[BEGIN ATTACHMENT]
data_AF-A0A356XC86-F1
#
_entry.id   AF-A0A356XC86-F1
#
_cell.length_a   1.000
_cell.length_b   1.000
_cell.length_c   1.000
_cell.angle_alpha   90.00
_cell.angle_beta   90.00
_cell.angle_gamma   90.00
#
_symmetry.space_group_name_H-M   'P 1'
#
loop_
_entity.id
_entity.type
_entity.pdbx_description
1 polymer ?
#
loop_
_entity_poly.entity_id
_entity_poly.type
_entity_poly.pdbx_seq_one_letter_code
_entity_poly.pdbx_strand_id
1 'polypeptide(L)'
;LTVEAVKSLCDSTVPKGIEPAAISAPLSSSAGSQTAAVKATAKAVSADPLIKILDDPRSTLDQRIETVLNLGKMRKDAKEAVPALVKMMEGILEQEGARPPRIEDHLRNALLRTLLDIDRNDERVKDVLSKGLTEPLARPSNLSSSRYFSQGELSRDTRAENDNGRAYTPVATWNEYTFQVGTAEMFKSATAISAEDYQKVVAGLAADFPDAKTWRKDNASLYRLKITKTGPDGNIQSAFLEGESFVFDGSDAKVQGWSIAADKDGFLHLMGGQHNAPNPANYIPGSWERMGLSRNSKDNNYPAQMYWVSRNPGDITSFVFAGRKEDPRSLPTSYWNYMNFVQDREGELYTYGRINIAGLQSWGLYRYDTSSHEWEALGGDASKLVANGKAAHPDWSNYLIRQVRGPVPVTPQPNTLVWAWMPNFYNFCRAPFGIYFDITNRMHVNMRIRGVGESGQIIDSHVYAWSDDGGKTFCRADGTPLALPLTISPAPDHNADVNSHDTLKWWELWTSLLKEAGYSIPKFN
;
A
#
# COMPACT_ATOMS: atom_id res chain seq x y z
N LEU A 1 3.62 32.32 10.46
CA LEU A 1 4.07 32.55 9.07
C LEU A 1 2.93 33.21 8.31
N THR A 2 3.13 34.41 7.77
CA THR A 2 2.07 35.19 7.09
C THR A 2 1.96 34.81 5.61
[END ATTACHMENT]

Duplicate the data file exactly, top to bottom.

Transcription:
data_AF-A0A356XC86-F1
#
_entry.id   AF-A0A356XC86-F1
#
_cell.length_a   1.000
_cell.length_b   1.000
_cell.length_c   1.000
_cell.angle_alpha   90.00
_cell.angle_beta   90.00
_cell.angle_gamma   90.00
#
_symmetry.space_group_name_H-M   'P 1'
#
loop_
_entity.id
_entity.type
_entity.pdbx_description
1 polymer ?
#
loop_
_entity_poly.entity_id
_entity_poly.type
_entity_poly.pdbx_seq_one_letter_code
_entity_poly.pdbx_strand_id
1 'polypeptide(L)'
;LTVEAVKSLCDSTVPKGIEPAAISAPLSSSAGSQTAAVKATAKAVSADPLIKILDDPRSTLDQRIETVLNLGKMRKDAKEAVPALVKMMEGILEQEGARPPRIEDHLRNALLRTLLDIDRNDERVKDVLSKGLTEPLARPSNLSSSRYFSQGELSRDTRAENDNGRAYTPVATWNEYTFQVGTAEMFKSATAISAEDYQKVVAGLAADFPDAKTWRKDNASLYRLKITKTGPDGNIQSAFLEGESFVFDGSDAKVQGWSIAADKDGFLHLMGGQHNAPNPANYIPGSWERMGLSRNSKDNNYPAQMYWVSRNPGDITSFVFAGRKEDPRSLPTSYWNYMNFVQDREGELYTYGRINIAGLQSWGLYRYDTSSHEWEALGGDASKLVANGKAAHPDWSNYLIRQVRGPVPVTPQPNTLVWAWMPNFYNFCRAPFGIYFDITNRMHVNMRIRGVGESGQIIDSHVYAWSDDGGKTFCRADGTPLALPLTISPAPDHNADVNSHDTLKWWELWTSLLKEAGYSIPKFN
;
A
#
# COMPACT_ATOMS: atom_id res chain seq x y z
N LEU A 1 3.62 32.32 10.46
CA LEU A 1 4.07 32.55 9.07
C LEU A 1 2.93 33.21 8.31
N THR A 2 3.13 34.41 7.77
CA THR A 2 2.07 35.19 7.09
C THR A 2 1.96 34.81 5.61